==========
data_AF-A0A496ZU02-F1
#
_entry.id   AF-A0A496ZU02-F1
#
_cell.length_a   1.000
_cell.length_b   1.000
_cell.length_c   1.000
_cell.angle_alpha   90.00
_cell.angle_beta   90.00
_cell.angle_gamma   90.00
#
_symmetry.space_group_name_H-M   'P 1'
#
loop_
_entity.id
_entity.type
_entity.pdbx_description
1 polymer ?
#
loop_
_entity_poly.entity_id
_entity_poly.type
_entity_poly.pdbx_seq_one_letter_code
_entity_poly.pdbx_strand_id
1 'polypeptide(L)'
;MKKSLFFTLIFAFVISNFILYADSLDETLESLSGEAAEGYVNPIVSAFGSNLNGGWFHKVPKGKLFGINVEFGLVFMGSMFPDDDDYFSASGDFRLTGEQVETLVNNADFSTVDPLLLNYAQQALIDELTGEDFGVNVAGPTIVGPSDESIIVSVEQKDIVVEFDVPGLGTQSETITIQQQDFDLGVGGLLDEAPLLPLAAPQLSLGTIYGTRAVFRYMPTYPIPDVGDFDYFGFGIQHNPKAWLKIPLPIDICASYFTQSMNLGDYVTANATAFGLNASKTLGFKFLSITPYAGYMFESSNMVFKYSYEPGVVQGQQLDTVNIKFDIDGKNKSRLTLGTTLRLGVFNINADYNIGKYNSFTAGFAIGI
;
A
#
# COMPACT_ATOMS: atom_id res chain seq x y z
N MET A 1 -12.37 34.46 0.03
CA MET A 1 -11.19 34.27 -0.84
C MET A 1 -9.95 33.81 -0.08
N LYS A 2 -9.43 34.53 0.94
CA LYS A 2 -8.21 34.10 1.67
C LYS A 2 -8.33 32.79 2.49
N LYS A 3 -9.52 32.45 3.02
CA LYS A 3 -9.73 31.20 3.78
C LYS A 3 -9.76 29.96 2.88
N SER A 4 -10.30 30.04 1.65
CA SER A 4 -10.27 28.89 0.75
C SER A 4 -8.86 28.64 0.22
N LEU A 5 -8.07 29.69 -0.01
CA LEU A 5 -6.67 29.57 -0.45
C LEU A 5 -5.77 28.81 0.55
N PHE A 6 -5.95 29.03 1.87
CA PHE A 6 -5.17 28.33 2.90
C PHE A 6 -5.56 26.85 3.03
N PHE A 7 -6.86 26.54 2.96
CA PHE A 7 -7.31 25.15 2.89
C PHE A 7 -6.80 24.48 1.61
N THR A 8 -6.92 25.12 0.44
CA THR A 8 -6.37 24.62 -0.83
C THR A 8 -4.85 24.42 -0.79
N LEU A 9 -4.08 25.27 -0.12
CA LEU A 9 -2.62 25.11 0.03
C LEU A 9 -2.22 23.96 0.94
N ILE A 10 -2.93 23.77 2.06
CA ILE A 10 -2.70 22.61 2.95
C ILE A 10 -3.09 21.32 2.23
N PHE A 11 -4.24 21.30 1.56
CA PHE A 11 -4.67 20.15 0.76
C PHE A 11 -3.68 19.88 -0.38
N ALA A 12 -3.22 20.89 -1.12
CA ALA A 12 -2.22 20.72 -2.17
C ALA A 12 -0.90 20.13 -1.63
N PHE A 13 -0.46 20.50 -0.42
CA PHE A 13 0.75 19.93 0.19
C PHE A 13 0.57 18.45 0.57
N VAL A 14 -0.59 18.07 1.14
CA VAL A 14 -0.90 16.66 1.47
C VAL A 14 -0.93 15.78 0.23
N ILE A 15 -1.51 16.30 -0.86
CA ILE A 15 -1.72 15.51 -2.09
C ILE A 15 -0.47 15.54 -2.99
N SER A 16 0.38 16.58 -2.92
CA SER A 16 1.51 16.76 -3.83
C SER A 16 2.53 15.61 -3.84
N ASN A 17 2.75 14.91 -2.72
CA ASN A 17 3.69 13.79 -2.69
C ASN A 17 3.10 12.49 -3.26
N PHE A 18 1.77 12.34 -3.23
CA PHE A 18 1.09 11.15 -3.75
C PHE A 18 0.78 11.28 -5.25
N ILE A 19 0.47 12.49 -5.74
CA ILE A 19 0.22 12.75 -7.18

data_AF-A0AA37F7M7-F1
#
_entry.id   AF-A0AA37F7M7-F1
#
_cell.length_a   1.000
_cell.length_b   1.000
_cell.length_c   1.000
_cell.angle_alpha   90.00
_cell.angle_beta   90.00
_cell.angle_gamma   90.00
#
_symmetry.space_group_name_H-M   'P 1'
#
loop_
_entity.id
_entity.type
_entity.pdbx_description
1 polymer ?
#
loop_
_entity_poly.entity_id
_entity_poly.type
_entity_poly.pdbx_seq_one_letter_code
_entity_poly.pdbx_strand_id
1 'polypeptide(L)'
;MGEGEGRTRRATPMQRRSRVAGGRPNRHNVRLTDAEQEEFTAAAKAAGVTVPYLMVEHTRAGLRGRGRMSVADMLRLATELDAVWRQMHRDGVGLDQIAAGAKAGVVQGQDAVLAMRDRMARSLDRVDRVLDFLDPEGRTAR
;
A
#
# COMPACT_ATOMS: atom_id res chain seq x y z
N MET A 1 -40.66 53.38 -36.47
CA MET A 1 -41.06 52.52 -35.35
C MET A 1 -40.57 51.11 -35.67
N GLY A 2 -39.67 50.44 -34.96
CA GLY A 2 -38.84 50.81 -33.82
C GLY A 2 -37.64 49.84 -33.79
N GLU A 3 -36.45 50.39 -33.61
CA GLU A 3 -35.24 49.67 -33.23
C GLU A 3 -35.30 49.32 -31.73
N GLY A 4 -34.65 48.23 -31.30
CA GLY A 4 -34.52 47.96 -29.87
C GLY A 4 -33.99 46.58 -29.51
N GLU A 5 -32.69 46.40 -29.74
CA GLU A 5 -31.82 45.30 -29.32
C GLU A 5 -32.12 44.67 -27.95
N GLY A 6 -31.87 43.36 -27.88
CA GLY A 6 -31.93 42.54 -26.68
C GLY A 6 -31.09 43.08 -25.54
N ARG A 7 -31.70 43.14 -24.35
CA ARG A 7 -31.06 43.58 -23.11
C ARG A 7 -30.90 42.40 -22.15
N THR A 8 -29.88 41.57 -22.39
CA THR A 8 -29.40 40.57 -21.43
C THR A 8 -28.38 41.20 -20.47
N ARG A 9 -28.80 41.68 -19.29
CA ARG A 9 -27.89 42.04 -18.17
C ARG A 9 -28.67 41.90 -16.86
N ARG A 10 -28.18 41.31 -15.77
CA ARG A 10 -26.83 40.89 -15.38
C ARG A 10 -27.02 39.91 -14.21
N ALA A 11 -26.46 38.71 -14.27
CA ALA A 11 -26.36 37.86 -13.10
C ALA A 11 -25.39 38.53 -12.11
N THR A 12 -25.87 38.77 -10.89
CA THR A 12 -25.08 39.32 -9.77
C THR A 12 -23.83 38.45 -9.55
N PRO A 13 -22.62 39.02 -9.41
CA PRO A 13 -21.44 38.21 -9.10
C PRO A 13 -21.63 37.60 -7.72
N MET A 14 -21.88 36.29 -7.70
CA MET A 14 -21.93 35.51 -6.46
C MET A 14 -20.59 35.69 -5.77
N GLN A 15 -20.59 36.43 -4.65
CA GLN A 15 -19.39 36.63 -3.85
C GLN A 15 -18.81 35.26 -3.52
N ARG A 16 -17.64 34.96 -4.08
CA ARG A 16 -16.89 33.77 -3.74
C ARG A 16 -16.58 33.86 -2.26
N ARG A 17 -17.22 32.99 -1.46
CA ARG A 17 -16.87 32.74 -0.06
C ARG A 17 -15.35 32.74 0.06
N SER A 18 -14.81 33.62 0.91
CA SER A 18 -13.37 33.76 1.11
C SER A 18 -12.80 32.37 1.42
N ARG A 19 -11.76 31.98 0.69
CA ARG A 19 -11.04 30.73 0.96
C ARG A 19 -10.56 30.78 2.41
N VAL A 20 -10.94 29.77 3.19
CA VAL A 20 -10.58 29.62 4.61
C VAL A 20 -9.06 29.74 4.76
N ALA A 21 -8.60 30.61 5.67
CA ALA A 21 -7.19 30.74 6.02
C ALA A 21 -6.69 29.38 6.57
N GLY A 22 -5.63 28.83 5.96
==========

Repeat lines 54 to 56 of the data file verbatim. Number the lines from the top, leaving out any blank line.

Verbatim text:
C THR A 8 -4.85 24.42 -0.79
N LEU A 9 -4.08 25.27 -0.12
CA LEU A 9 -2.62 25.11 0.03